There were no women geologists at the Geological Survey of Canada (GSC) in the 19th century. In the 1800s many people thought that women did not have the strength required to cross the rough terrain and carry rock samples. They also thought that it was not proper for women to be alone in the wilderness with men who were not relatives. It is hard for us to understand such thinking today.
This did not mean that women were not involved in geology. Women were simply not often recognized for their work or given the same opportunities as men. In the 1800s Mary Anning was an expert in fossils. She collected fossils on the southwest coast of England from the time she was a child. It is believed that the tongue-twister "she sells seashells by the seashore" is about her. Many of her fossil finds ended up in museums or private collections, without her being credited as the discoverer. Mary Anning also had a solid understanding of her discoveries. She is now recognized for her contributions to paleontology at a time when it was just becoming a science.
In the 20th century, Alice Wilson was the first female geologist in Canada and the first to work at the Geological Survey of Canada. She paved the way for other women geologists to follow.
Alice Wilson (1881-1964), geologist, paleontologist
Alice Wilson was the first female geologist in Canada and the first to become a member of the Royal Society of Canada. As a child she was interested in the fossils found in the limestone formations near her Cobourg, Ontario home. Due to ill health, she left university before finishing her final year. Once she was well, she got a job in the Mineralogy Division of the University of Toronto Museum, looking after and organizing mineral specimens.
In 1909, Alice Wilson went to work for the GSC labelling specimens and keeping records of them. Later on she asked to be allowed to work in the field, but was refused. A woman in the wilderness working alongside men was considered unthinkable. She was allowed to go on short trips to study the Ottawa-Saint Lawrence Valley. For the next 50 years, she studied the area on foot, by bicycle and car. At the time, the Geological Survey gave cars to its male employees but would not give one to Alice Wilson, so she bought her own. She later gained recognized as the most expert scientist on the paleontology of the Ottawa-Saint Lawrence region.
Although the GSC gave its employees paid leave to further their studies, Alice Wilson's request to go back to university was refused. In 1926 she was allowed to apply for a scholarship, but when she won the scholarship she was again refused leave. The Canadian Federation of University Women fought for her and eventually she was allowed to take a leave from work to further her doctoral studies. She received her PhD degree in 1929 at age 49. She returned to the GSC, but was passed over for promotions and was not given the professional recognition she deserved.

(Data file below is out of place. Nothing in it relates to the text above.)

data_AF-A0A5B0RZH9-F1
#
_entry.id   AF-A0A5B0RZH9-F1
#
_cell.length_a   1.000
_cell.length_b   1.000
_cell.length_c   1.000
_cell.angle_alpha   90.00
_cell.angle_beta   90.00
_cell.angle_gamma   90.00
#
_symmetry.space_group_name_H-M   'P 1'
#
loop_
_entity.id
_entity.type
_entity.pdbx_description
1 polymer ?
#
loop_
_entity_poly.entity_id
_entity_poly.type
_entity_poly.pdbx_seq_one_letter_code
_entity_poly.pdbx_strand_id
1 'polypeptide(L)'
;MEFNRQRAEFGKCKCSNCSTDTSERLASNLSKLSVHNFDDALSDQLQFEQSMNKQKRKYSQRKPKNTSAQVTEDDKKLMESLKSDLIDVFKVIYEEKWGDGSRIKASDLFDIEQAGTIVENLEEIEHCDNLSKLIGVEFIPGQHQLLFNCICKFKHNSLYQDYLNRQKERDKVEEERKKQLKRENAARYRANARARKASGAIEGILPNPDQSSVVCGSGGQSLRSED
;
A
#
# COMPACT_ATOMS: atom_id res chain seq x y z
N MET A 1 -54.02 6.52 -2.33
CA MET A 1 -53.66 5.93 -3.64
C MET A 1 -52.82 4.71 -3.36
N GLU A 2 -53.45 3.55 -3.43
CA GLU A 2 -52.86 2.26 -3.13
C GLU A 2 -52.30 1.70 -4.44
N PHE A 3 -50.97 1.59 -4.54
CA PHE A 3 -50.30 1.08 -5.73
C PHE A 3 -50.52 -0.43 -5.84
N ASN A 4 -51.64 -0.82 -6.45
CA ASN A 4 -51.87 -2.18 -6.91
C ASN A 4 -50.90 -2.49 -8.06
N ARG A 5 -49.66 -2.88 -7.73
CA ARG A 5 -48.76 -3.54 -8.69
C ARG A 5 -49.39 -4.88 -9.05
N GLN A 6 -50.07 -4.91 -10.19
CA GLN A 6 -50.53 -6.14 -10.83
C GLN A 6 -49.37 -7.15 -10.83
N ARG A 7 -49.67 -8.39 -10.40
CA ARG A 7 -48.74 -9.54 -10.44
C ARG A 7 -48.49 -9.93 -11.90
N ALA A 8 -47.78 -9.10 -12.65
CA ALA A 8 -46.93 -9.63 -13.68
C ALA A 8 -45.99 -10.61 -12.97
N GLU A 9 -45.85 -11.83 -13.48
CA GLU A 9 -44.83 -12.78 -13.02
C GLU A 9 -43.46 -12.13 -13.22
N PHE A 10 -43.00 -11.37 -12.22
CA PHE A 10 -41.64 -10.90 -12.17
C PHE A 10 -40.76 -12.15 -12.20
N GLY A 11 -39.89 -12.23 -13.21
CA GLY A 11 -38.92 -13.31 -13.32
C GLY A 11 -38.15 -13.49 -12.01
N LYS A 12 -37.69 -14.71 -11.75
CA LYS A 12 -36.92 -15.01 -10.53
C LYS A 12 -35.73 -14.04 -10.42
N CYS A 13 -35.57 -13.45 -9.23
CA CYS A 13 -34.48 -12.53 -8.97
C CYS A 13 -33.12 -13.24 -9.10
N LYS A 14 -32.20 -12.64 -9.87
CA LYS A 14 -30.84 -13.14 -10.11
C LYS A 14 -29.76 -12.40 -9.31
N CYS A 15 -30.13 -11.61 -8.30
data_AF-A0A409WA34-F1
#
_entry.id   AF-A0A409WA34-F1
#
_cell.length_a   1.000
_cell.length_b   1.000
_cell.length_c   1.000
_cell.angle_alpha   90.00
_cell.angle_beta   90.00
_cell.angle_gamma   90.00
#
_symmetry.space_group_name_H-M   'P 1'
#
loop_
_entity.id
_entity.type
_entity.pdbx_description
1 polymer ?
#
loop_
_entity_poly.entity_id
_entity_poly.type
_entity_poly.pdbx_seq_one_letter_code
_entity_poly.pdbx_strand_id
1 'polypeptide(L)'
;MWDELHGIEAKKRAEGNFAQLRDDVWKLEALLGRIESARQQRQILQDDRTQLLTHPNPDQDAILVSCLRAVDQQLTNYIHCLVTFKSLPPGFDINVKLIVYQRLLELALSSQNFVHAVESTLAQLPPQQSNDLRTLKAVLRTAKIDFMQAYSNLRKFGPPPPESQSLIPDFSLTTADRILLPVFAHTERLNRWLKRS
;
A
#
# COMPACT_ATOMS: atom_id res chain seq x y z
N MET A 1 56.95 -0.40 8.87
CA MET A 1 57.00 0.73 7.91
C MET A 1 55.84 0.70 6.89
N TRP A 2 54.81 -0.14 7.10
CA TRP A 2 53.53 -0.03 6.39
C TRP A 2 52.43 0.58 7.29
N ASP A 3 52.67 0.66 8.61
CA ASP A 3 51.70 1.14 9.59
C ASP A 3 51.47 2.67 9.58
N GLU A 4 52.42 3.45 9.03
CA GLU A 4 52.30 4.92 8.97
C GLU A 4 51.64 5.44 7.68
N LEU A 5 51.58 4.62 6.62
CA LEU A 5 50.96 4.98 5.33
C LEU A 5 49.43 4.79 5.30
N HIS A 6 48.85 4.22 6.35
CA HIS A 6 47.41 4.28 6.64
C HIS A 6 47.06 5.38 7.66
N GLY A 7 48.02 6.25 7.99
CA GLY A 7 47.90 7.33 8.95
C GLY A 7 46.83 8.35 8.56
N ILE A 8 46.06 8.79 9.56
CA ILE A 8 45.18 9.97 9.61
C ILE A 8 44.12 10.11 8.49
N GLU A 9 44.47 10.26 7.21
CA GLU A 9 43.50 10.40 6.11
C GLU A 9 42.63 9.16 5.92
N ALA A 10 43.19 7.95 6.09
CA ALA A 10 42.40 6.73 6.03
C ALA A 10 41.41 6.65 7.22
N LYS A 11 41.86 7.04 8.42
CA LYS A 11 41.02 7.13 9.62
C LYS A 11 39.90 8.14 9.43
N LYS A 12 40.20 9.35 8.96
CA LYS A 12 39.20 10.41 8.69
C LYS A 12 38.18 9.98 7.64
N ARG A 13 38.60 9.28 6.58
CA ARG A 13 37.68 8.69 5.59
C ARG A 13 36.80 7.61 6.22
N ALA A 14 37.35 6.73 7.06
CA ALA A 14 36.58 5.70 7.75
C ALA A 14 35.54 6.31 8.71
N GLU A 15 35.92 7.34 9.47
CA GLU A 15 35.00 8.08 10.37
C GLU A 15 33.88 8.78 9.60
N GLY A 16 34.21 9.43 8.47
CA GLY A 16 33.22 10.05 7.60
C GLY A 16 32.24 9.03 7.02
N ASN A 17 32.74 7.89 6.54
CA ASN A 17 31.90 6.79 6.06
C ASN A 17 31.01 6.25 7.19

After retiring at age 65 she continued her scientific work until months before her death at age 83. She wrote and published a book for children about geology, taught at Carleton College (now Carleton University) and took her students into the field. When she died, Alice Wilson was recognised as a respected geologist, an internationally known paleontologist and an inspiring teacher. She opened the doors for women in what had previously been a man's world.
Helen Belyea (1913-1986), geologist
Helen Belyea was the only female GSC geologist to work with men in the field before the 1970s. She was one of two geologists sent to monitor the oil discovery in Leduc, Alberta, in 1950. She spent the rest of her career trying to understand the Devonian rocks in western Canada. She was the first woman to win the Barlow Memorial Medal for an economic geology paper and was elected a fellow of the Royal Society of Canada. She became an Officer of the Order of Canada, as well as an honorary member of the Canadian Society of Petroleum Geologists.
Catherine Hickson (1955 - ), volcanologist
A rock collector as a child, Catherine Hickson grew up to be one of the world's foremost experts on volcanoes. Her interest and talent was encouraged by her professors at the University of British Columbia, where she earned a PhD. No longer a student herself, Catherine Hickson has given workshops to teachers, even taking them into the field, so that they can pass on what they learn to their students.
Ann Phyllis Sabina (1930 - ), mineralogist, gemmologist
Good at math and physics, Ann Sabina got her Bachelor of Science from the University of Manitoba. In 1952, the GSC hired her for her knowledge and training in the new area of mineralogy known as x-ray diffraction. Using the GSC's mineral collections, Ann developed national standards for the use of this technique in the study of minerals.
With the popularity of geology increasing among the general public, Ann was asked to write guidebooks on the geological features found along Canada's major highways. So from the 1960s onward, Ann has spent many summers on the road in her car, mapping out the interesting rocks and minerals. Thanks to Ann, many women geology students were able to get some field experience by assisting her in this work. Today, Ann's "Rocks and Minerals for the Collector" series is among the GSC's bestselling publications. Ann also became a gemmologist, was a co-founder of the Canadian Gemmological Association, and taught university courses in mineralogy and gemmology.
Today, there are many female research scientists working on a wide variety of topics at the Geological Survey of Canada. Women such as Sharon Smith and Margo Burgess (permafrost), Carol Evenchick (bedrock geology and petroleum resources), Beth McClenaghan (mineral exploration) and Louise Corriveau (mountain-building and metamorphism) are just a few examples.